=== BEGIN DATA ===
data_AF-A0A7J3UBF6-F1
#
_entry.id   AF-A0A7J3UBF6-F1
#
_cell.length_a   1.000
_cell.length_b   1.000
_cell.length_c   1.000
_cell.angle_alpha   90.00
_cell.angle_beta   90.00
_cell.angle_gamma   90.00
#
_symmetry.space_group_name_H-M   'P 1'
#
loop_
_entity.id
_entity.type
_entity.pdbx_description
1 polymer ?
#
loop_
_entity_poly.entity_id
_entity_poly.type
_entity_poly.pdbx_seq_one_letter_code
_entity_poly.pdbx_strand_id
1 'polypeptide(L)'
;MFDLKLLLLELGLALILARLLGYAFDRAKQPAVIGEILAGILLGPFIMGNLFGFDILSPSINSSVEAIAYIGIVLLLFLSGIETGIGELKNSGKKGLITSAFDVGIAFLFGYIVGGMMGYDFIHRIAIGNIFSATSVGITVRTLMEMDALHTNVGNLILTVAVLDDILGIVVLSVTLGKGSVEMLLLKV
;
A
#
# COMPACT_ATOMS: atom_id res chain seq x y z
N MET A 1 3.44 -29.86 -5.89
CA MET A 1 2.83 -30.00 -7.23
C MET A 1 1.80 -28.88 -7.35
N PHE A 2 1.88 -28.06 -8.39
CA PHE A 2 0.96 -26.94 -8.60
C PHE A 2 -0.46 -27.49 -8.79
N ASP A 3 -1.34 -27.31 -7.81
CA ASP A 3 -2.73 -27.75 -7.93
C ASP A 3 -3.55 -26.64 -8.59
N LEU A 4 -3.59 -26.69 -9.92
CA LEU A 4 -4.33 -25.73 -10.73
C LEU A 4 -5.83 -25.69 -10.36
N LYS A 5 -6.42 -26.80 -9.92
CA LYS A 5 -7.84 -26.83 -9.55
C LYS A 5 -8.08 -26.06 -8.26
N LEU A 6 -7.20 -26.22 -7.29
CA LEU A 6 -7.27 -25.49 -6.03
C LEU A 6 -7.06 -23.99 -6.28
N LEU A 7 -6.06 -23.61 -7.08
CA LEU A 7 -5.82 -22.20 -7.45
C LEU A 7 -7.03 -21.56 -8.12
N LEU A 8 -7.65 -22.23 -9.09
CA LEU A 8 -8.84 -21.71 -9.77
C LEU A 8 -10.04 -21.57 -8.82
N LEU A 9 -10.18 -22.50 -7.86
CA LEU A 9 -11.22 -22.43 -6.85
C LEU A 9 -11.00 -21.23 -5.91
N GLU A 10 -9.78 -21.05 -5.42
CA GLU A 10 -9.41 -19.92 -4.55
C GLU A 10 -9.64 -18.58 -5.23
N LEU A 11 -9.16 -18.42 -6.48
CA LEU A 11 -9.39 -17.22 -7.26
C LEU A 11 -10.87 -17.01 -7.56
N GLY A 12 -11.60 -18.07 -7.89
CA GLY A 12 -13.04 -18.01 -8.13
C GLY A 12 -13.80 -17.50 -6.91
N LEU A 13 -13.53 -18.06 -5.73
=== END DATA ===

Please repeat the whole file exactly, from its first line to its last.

data_AF-A0A7J3UBF6-F1
#
_entry.id   AF-A0A7J3UBF6-F1
#
_cell.length_a   1.000
_cell.length_b   1.000
_cell.length_c   1.000
_cell.angle_alpha   90.00
_cell.angle_beta   90.00
_cell.angle_gamma   90.00
#
_symmetry.space_group_name_H-M   'P 1'
#
loop_
_entity.id
_entity.type
_entity.pdbx_description
1 polymer ?
#
loop_
_entity_poly.entity_id
_entity_poly.type
_entity_poly.pdbx_seq_one_letter_code
_entity_poly.pdbx_strand_id
1 'polypeptide(L)'
;MFDLKLLLLELGLALILARLLGYAFDRAKQPAVIGEILAGILLGPFIMGNLFGFDILSPSINSSVEAIAYIGIVLLLFLSGIETGIGELKNSGKKGLITSAFDVGIAFLFGYIVGGMMGYDFIHRIAIGNIFSATSVGITVRTLMEMDALHTNVGNLILTVAVLDDILGIVVLSVTLGKGSVEMLLLKV
;
A
#
# COMPACT_ATOMS: atom_id res chain seq x y z
N MET A 1 3.44 -29.86 -5.89
CA MET A 1 2.83 -30.00 -7.23
C MET A 1 1.80 -28.88 -7.35
N PHE A 2 1.88 -28.06 -8.39
CA PHE A 2 0.96 -26.94 -8.60
C PHE A 2 -0.46 -27.49 -8.79
N ASP A 3 -1.34 -27.31 -7.81
CA ASP A 3 -2.73 -27.75 -7.93
C ASP A 3 -3.55 -26.64 -8.59
N LEU A 4 -3.59 -26.69 -9.92
CA LEU A 4 -4.33 -25.73 -10.73
C LEU A 4 -5.83 -25.69 -10.36
N LYS A 5 -6.42 -26.80 -9.92
CA LYS A 5 -7.84 -26.83 -9.55
C LYS A 5 -8.08 -26.06 -8.26
N LEU A 6 -7.20 -26.22 -7.29
CA LEU A 6 -7.27 -25.49 -6.03
C LEU A 6 -7.06 -23.99 -6.28
N LEU A 7 -6.06 -23.61 -7.08
CA LEU A 7 -5.82 -22.20 -7.45
C LEU A 7 -7.03 -21.56 -8.12
N LEU A 8 -7.65 -22.23 -9.09
CA LEU A 8 -8.84 -21.71 -9.77
C LEU A 8 -10.04 -21.57 -8.82
N LEU A 9 -10.18 -22.50 -7.86
CA LEU A 9 -11.22 -22.43 -6.85
C LEU A 9 -11.00 -21.23 -5.91
N GLU A 10 -9.78 -21.05 -5.42
CA GLU A 10 -9.41 -19.92 -4.55
C GLU A 10 -9.64 -18.58 -5.23
N LEU A 11 -9.16 -18.42 -6.48
CA LEU A 11 -9.39 -17.22 -7.26
C LEU A 11 -10.87 -17.01 -7.56
N GLY A 12 -11.60 -18.07 -7.89
CA GLY A 12 -13.04 -18.01 -8.13
C GLY A 12 -13.80 -17.50 -6.91
N LEU A 13 -13.53 -18.06 -5.73